Do you hear the actors sing?

A story everyone needs to hear at least once.

Les Misérables
dir: Tom Hooper

One of the most striking things about Les Misérables is the volume of tears it generates. These aren’t snivels but full-blown, tubeclearing excavations of the nose (I count myself here, I’ve seen it three times). It’s not the schmaltzy bits that make people cry – the song of the fallen woman Fantine (“I Dreamed a Dream”, as popularised by Susan Boyle), the sight of the urchin or the show’s wig-waving climax – but moments of greater emotional complexity: the happy death of the street-girl Éponine, or the ballad “Bring Him Home”, in which the hero Jean Valjean (played by Hugh Jackman) risks his life to save a young blade he’s never even met. In the Times last month, the theologian Ian Bradley recalled the Easter Sunday address in which Archbishop George Carey described Valjean’s early redemption scene (he is blessed by the bishop whose house he’s robbed) as “the finest description of grace outside the pages of the New Testament”. But even for heathens, the real thrill of Les Misérables is about watching one eye-popping gesture of human self-sacrifice after another and thinking, how can anyone be so . . . good?

Tom Hooper’s new film adaptation remains a hard sell for non-fans of musical theatre. For a start, it features Hollywood A-listers singing; many people are still haunted by the mahogany tones of Pierce Brosnan in Mamma Mia!. Second, the show is not exactly easy on the ear. It always felt, superficially, closer to opera than a musical, not just for its hefty themes and historical setting but for its sheer unwieldliness. The lines of exposition, written in French by Alain Boublil and translated into English by Herbert Kretzmer, are often deliciously gauche and clunky: “There was a time we killed the king/ We tried to change the world too fast/ Now we’ve got another king/ He’s no better than the last.” Hooper’s decision to record the songs “live” has, as well as generating most of the film’s publicity, enhanced the music’s ragged, chaotic feel.

With tiny mikes shoved down their ear canals, linking them to a piano accompanist hidden somewhere in the corner of the set, the actors were in charge of setting their own pace for each song and occasionally, it seems, their own pitch. The fugal “Confrontation” between Valjean and his relentless pursuer Javert (Russell Crowe) – the first a piercing tenor, the second a throaty rock-and-roll voice – is just one of several moments in the show where you feel a bit like you’re trapped in a chicken run. But this is exactly what Les Misérables ought to sound like. It’s a brave production: Hooper could have sweetened the meal for the cinema but instead he’s made it even tougher.

The story, based on the 1862 novel by Victor Hugo, takes place not during the French Revolution (a common misconception) but starts in 1815 and culminates in 1830’s June Rebellion, a damp squib of an uprising in which the Parisian populace failed to turn out and 93 students were killed.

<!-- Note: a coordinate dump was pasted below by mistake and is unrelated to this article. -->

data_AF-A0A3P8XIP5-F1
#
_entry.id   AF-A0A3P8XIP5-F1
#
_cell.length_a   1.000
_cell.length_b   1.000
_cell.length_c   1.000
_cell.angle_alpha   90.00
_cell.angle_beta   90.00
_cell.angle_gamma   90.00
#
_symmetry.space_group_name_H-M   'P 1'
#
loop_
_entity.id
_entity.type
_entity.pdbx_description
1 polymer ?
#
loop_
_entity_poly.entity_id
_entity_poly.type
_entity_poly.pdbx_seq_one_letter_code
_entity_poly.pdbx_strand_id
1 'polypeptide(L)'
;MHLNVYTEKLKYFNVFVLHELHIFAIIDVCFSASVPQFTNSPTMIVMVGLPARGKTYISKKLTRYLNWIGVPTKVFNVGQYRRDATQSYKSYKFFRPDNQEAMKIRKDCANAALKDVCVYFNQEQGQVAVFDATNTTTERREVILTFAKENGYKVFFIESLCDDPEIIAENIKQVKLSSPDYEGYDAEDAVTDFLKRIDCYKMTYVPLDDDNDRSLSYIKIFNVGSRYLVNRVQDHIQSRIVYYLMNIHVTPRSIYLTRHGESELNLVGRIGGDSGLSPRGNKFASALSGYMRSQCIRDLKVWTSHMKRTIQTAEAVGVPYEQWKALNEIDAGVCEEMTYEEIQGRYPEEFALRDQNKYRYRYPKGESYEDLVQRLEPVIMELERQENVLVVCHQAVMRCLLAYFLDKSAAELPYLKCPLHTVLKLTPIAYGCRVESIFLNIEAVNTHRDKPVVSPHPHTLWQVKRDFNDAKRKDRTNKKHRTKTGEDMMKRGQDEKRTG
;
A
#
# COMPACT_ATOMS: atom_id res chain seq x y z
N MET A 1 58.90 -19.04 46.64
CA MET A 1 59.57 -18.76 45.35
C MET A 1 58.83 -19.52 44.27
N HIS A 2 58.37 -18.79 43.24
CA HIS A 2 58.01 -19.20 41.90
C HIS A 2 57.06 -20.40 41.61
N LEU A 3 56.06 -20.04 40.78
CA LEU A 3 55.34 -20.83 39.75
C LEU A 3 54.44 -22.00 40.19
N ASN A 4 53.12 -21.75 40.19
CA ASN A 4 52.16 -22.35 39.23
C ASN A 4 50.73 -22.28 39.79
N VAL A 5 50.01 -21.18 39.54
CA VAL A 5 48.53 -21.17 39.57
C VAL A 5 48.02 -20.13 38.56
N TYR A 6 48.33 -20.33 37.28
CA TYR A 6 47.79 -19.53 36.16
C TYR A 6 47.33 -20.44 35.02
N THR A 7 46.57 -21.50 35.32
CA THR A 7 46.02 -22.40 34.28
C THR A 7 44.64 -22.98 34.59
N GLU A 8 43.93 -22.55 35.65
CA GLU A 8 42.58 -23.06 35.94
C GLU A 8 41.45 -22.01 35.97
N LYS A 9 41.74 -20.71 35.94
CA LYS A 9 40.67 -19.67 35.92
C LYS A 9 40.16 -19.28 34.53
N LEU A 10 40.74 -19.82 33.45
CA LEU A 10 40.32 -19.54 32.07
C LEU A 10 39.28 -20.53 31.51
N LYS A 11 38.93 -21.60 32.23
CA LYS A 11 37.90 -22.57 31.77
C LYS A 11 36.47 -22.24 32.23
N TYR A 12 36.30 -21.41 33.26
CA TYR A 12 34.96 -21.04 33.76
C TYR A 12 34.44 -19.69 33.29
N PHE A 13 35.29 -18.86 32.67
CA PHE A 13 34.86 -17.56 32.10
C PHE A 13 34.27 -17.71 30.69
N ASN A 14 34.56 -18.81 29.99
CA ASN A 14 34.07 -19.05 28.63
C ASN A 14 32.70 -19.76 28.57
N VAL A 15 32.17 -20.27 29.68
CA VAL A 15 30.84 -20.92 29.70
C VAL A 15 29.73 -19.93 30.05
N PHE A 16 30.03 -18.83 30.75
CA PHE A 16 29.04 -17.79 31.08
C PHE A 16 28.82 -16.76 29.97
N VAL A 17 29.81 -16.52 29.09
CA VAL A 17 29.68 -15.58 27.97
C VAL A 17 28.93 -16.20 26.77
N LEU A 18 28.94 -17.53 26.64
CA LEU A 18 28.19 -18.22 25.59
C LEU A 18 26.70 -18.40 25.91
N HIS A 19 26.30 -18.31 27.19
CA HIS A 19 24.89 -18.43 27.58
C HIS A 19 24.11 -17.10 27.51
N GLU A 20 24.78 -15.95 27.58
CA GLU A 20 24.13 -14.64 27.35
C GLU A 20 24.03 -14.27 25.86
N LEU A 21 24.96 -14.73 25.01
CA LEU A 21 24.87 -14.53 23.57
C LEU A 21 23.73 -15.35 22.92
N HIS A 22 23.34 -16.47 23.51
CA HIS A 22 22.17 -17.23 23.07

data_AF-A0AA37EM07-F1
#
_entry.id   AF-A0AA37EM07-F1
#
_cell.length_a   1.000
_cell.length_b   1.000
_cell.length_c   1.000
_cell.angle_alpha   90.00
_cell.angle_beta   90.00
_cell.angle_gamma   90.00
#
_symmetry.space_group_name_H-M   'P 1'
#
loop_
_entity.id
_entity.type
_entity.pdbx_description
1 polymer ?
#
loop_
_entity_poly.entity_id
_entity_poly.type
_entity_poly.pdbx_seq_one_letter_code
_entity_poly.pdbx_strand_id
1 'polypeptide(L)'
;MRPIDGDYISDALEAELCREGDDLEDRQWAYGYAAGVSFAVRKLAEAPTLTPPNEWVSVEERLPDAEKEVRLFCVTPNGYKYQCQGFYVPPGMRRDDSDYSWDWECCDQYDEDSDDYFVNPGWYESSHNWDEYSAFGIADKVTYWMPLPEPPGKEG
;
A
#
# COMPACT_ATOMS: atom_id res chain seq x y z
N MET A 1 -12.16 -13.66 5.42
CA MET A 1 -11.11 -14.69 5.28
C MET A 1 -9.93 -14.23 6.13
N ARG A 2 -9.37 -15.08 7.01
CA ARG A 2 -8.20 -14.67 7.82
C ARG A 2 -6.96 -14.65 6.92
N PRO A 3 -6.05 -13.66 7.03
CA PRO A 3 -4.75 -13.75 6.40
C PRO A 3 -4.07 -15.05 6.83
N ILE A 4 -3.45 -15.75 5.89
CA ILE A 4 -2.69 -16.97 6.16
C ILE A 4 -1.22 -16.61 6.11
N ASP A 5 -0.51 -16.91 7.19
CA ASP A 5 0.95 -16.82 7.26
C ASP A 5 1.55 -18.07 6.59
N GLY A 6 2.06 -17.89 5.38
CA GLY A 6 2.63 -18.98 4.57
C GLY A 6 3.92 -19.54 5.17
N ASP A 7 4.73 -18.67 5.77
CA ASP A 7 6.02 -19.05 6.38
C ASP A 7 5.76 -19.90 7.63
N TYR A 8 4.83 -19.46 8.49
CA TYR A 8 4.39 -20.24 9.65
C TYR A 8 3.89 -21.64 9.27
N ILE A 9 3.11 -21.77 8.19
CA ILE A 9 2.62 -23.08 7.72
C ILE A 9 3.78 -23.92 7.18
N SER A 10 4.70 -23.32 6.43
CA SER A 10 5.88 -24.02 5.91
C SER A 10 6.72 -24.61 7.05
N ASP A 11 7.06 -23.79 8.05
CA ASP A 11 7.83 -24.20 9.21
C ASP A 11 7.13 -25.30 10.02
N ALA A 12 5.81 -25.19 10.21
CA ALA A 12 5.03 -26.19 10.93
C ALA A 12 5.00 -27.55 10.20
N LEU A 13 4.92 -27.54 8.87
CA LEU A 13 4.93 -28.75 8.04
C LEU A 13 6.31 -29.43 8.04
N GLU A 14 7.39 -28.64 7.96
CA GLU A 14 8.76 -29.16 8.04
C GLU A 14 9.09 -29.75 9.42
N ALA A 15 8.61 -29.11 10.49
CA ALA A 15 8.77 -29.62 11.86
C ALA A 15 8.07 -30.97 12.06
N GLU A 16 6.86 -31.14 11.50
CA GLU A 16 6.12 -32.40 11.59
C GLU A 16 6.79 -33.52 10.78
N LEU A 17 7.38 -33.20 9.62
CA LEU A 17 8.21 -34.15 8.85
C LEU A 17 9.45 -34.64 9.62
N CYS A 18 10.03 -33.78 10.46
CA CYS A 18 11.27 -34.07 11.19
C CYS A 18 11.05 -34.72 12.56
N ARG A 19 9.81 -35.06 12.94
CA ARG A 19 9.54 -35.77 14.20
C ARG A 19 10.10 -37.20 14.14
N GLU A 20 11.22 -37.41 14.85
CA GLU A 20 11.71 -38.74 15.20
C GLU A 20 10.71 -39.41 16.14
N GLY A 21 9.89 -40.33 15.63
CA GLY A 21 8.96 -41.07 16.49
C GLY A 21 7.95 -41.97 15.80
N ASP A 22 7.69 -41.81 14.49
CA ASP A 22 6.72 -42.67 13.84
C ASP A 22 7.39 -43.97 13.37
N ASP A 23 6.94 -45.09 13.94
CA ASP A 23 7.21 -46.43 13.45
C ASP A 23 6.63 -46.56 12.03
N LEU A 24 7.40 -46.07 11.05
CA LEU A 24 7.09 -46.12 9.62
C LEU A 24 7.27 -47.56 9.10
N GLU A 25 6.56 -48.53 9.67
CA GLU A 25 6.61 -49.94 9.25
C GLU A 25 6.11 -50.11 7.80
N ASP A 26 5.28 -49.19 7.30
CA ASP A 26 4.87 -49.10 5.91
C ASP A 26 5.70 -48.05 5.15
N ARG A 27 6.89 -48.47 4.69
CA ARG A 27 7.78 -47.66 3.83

The outdoor set gives Hooper – who cleaned up at the Oscars two years ago with his last film, The King’s Speech – an opportunity to close in on the theme of personal bravery over politics. In the stage show, the famous “barricade” looks like part of the action, a symbol of wider revolution.

On film, as all manner of junk is tossed out of shops and houses including, memorably, a couple of coffins, you realise just how small and ineffectual the real-life barricades were. When things get ugly, the good folk of Paris lock their doors on the rebels and leave them to the National Guard.

“Here’s a handsome, charismatic student on the street outside your house, saying all the stuff you want to hear,” said Hooper in a recent interview. “Would you actually let him in, with his gun, when the police are chasing him? No.”

There are various other moral grey areas explored more pointedly in the film than in the stage show. There’s a new song (“Suddenly”), commissioned from the original writers and inserted after Valjean’s adoption of the orphan Cosette (Amanda Seyfried), which explains that the child is the second redemptive moment in his life: character change, unlike in the movies, is a long, complicated process.

The villain, Javert, has been fleshed out too, with a new scene taken from the book in which he asks Valjean to punish him, convinced he’s been pursuing the wrong man. “People who are unforgiving and unrelenting to those in their professional life,” says Hooper, “are often even harder on themselves in private.” Funny to think that Les Misérables, among all those other things, is about a jobsworth maddened by the kindness of someone more at peace with the world than himself. See the film, or the show, or read the book, but this remains a story that everyone needs to hear once. Then maybe five more times, if it gets to you.